Dewsbury Town Hall
Dewsbury is a minster town in the West Riding of Yorkshire. To the east lies Wakefield and to the west Huddersfield, while the Riding's greatest city, Leeds is to the north. Dewsbury stands on the River Calder and an arm of the Calder and Hebble Navigation.
Dewsbury underwent a period of major growth in the 19th century as it industrialised rapidly as a mill town, Dewsbury went through a period of decline. More recently there has been redevelopment of derelict mills into flats, and regenerating of run-down areas.
According to the 2001 the Dewsbury urban sub-area had a population of 54,341. Dewsbury is the largest town in the Heavy Woollen District, a conurbation of small mill towns.
Name of the town
The Domesday Book of 1086 records the name as Deusberia and Deusberie. It is an Old English name, as are many of the names of the West Riding notwithstanding Norse influence. "-bury" would usually mean "fort" or "hill", but the first element is ambiguous. "Dew-" may be from:
- Tiw, an Anglo-Saxon god of war, or
- deaw ("stream" in Old English), or
- Duw, Welsh (or Old British) for God, or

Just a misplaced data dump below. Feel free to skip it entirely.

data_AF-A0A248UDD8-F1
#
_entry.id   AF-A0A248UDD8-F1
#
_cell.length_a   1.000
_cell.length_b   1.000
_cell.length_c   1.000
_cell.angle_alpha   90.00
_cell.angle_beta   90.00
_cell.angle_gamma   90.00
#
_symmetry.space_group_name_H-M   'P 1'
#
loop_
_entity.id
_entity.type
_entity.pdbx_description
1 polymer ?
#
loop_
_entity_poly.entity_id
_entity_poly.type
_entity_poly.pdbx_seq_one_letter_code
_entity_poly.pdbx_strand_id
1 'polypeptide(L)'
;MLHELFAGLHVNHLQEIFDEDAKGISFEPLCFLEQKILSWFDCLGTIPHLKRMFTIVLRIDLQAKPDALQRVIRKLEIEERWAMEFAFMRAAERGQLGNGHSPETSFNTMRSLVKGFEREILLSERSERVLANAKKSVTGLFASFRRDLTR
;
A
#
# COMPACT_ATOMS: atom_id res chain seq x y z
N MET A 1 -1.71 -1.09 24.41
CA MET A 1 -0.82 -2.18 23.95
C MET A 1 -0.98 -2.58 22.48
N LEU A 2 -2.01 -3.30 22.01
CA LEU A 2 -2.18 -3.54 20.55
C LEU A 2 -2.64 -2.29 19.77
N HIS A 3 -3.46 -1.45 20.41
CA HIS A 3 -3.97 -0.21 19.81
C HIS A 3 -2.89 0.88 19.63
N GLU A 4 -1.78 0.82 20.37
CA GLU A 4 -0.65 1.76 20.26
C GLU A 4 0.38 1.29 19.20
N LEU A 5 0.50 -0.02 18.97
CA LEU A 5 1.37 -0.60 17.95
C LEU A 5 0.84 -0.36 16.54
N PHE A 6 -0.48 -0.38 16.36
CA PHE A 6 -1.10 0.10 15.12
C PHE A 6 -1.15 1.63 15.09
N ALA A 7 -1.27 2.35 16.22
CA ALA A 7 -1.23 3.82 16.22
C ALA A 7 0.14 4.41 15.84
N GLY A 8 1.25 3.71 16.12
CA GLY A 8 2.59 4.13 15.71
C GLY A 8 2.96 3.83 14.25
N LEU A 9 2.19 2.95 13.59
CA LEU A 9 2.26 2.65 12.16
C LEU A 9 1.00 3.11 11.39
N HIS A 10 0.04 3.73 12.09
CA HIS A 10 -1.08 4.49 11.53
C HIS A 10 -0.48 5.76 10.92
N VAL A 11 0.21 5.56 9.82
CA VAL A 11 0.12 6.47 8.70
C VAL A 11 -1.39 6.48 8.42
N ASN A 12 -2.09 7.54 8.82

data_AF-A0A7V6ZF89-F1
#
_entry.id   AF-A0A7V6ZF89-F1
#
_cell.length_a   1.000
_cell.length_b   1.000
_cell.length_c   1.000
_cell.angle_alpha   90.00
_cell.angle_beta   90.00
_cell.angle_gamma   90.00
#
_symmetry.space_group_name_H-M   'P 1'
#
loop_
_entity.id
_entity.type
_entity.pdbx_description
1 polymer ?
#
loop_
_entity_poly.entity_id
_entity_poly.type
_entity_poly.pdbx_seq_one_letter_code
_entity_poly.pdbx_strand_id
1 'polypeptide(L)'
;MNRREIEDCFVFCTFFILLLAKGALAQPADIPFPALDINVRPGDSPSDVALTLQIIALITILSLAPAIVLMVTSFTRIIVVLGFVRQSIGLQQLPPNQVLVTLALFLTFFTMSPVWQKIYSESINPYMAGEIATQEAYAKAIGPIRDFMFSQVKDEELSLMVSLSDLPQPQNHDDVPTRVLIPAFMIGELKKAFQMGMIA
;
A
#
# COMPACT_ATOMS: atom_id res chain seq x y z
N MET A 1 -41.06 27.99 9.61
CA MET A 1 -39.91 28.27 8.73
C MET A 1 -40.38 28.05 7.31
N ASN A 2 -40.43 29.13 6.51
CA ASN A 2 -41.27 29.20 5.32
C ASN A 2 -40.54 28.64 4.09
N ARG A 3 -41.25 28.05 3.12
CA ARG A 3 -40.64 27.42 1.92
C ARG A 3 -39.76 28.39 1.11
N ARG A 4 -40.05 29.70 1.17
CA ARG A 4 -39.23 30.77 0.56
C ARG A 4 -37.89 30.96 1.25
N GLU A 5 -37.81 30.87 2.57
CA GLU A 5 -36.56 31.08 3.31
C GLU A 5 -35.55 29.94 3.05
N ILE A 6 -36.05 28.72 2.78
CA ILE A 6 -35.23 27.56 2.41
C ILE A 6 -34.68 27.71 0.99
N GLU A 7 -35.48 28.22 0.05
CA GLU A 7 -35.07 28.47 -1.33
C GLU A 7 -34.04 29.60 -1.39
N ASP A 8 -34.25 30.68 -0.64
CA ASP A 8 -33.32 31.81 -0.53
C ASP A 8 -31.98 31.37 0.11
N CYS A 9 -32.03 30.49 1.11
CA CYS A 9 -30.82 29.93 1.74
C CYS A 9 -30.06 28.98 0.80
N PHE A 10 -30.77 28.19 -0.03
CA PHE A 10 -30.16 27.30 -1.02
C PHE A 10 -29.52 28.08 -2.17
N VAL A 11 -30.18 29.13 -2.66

- A lost founder's name, or
- "David" (which however would require a Gaelic origin, Deu)
In Anglo-Saxon times Dewsbury was a centre of considerable importance, its parish encompassing Huddersfield, Mirfield and Bradford. In 627 Paulinus, the first Bishop of York, preached somewhere in this region, often believed to have been on the banks of the River Calder at Dewesbury. Numerous Saxon graves have been found in Dewsbury and Thornhill.
Dewsbury Minster stands near the River Calder, traditionally on the site where Paulinus preached. Parts of the church date to the 13th century. The tower houses "Black Tom", a bell which is rung each Christmas Eve, one toll for each year since Christ's birth, known as the "Devil's Knell", a tradition dating back to the 15th century. The bell was donated by Sir Thomas de Soothill, in penance for murdering a servant boy in a fit of rage. The tradition was commemorated on a Royal Mail postage stamp in 1986.
Dewsbury market was established in the 14th century for local clothiers. Occurrences of the plague in 1593 and 1603 closed the market and it reopened in 1741.
Throughout the Middle Ages Dewsbury retained a measure of importance in ecclesiastical terms, collecting tithes from as far away as Halifax in the mid-14th century. John Wesley visited the area five times in the mid-18th century, and the first Methodist Society was established in 1746. Centenary Chapel on Daisy Hill commemorates the centenary of this event, and the Methodist tradition remained strong in the town.